That new reality is a big part of his comedy.
“I love the fact that people are saying [my show] is a good example of [the post Bill 101 reality] because you actually see anglophones and francophones hanging out together in one room and being interested in the same things,” says Sammy. “Maybe we’re forming a common culture together that was pretty split-up before. On the other hand, because I’m doing this, some people are accusing me of being a threat to Québécois culture because I no longer see Quebec as being [simply] white francophone. I think it’s part of the richness of this society that we have and we have to appreciate it rather than seeing it as a threat.
“What I communicate in my shows is who I am and how I grew up. I’m just being honest. I’m not trying to change Quebec for the worse. I’m trying to represent who I am. And people appreciate seeing something different on TV and on stage. Comedians are like the anthropologists of society. We look at society and we report back to our audience about it in a funny way. I feel there’s a benefit to being bilingual and multilingual.”
Some still see Sammy as a confrontational figure. Just look at the furor in some of the French media following his recent advertising campaign that included provocative ads in the metro featuring prominent English text — basically pleading for someone to file a complaint with the Office de la langue française. (Someone did.) But on the flip side, Ces gars-là, the TV comedy he created with filmmaker Simon Olivier Fecteau, was a big hit on the V network and, in what was a first for the French-language TV milieu ici, was popular with both anglo and franco audiences. The concept of the show is to generate laughs via the cross-cultural tension created by this duo made up of a bilingual guy of Indian origin and a white francophone.
“It’s no longer francophones versus anglophones,” said Sammy. “There are still some people hanging on to keeping the two sides apart. But I’m not part of that.”
“You’re Gonna Rire” continues at the Olympia Theatre, while the second season of Ces gars-là will premiere on V on February 9.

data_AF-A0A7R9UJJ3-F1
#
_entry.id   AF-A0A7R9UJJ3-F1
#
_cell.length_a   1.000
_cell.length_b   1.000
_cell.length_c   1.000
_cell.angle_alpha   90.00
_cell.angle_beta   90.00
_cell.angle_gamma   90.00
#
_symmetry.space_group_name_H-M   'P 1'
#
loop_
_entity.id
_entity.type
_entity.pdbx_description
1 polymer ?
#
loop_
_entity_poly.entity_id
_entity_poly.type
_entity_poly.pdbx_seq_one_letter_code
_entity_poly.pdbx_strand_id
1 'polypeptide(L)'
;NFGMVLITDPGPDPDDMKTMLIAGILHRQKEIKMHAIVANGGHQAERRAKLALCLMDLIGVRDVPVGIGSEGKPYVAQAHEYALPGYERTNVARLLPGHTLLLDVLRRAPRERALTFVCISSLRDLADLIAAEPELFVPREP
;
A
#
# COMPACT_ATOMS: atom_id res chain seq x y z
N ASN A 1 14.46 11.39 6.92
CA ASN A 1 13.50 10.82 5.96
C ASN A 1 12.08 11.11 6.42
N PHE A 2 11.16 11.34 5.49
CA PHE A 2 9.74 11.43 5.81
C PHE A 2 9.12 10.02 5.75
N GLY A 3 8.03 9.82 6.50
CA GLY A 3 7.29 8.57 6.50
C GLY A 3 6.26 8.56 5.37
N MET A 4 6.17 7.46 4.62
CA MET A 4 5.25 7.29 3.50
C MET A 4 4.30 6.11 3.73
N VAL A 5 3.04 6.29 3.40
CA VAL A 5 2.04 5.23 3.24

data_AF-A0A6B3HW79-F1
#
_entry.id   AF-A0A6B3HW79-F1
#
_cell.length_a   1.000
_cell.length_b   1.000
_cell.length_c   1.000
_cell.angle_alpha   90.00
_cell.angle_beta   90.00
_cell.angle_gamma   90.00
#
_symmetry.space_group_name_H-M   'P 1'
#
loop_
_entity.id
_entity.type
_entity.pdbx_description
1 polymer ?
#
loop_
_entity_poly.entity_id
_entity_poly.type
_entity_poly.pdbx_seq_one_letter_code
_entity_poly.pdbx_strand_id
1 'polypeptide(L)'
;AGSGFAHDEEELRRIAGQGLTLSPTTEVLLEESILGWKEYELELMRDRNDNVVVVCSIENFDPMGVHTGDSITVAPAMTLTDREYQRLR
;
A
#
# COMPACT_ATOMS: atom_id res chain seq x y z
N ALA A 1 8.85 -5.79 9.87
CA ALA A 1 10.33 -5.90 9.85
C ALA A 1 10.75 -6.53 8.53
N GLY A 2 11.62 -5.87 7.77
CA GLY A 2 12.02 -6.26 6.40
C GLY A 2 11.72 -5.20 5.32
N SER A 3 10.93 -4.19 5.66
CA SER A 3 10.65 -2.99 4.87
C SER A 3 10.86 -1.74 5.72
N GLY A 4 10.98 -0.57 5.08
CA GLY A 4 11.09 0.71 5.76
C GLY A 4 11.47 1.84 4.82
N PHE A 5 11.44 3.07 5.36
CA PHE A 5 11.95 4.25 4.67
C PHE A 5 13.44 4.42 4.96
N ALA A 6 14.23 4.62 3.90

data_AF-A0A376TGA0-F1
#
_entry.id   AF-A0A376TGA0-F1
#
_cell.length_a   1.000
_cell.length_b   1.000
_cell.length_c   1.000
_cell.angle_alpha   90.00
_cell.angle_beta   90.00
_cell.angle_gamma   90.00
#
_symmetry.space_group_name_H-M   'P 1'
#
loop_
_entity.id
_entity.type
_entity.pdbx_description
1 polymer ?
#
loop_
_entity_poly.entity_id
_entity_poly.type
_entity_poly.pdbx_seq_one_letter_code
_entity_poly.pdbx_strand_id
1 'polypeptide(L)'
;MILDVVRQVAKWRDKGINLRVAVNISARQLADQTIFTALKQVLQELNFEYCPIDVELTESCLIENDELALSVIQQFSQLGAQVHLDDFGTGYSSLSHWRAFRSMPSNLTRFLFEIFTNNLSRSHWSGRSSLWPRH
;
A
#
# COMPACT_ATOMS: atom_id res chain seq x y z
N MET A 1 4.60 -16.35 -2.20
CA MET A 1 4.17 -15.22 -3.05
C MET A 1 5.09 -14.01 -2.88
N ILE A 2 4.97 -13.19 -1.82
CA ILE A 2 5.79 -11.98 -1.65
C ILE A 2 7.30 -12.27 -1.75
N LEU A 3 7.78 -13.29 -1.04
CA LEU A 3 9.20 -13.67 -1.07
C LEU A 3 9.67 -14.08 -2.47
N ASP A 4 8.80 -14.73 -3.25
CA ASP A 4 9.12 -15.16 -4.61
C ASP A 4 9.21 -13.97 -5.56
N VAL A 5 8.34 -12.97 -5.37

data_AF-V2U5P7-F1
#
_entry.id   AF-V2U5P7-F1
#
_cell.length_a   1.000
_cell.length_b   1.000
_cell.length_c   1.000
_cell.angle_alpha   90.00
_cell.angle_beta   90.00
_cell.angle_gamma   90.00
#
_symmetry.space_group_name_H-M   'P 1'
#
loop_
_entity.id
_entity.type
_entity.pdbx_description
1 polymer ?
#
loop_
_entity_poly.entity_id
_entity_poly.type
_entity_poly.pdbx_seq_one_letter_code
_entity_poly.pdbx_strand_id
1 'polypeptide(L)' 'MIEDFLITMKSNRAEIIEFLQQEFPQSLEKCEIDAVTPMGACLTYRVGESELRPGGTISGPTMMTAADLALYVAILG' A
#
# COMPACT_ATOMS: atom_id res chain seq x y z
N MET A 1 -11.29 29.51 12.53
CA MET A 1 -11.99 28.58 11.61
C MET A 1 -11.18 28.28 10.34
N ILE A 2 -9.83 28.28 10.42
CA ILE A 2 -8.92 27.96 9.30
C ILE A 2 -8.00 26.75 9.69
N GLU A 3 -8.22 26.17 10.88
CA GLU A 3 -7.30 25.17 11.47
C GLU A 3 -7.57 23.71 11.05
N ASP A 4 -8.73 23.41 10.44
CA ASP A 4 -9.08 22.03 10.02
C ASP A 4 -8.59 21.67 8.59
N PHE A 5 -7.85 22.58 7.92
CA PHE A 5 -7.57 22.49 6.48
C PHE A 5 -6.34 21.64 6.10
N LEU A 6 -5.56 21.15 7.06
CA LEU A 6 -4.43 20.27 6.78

You have to kiss a lot of frogs before you find your prince. Comedian Ophira Eisenberg, BA’95, did a lot more than just kissing.
A pair of McGillians play crucial roles on the frank and funny TV series Mohawk Girls
ANNA TRITT SILVER, BA’32,
at Montreal, on June 19, 2014.
MARGARET MCKAY SHELDON, BA’33,
at Rutland, Ver., on May 19, 2014.
WILLIAM MAXWELL TAIT, BA’34, MDCM’39,
at Vancouver, B.C., on July 28, 1998.
GEORGE GREMPLE HART, BSc’39, MDCM’41,
at Lake Placid, N.Y., on May 13, 2014.
B. SEYMOUR RABINOVITCH, BSc’39, PhD’42,
at Seattle, Wash., on August 2, 2014.
KERR LACHLAN WHITE, BA’40, MDCM’49,
at Charlottesville, Va., on July 22, 2014.
JACK GOTTHEIL, BA’41,
at Montreal, on September 26, 2014.
STELLA HAMILTON, BA’41,
at Toronto, on April 12, 2014.
THOMAS L. CHOWN, BCom’42,
at Sainte-Anne-de-Bellevue, Que., on May 20, 2014.
MARGARET PATRICIA DAVIES, BA’42,
at Ottawa, on July 15, 2014.
ANGELA BURKE-KERRIGAN, BA’42,
at Knowlton, Que., on September 30, 2014.
CHARLES G. RAND, MDCM’42, DipTropMed’50,
at Kitchener, Ont., on May 1, 2014.
DONALD W. TULLY, BSc’43,
at West Vancouver, B.C., on May 29, 2014.
Gerald Hatch (left), BEng’44, DSc’90, had a rare combination of skills. Blessed with an inventive mind, he had a PhD from MIT and several patents to his name. He was also able to take in the big picture and understand the many varied challenges involved in launching major engineering projects. Starting with just five employees, his engineering consulting business grew into a prosperous company with an international reach, employing more than 12,000 staff in 65 offices on six continents. An inductee of both the Canadian Science and Engineering Hall of Fame and the Canadian Mining Hall of Fame, Hatch was a generous philanthropist, donating more than $5.8 million to support research, scholarships and graduate fellowships at McGill, mostly in the Faculty of Engineering. He died on June 9 in Toronto.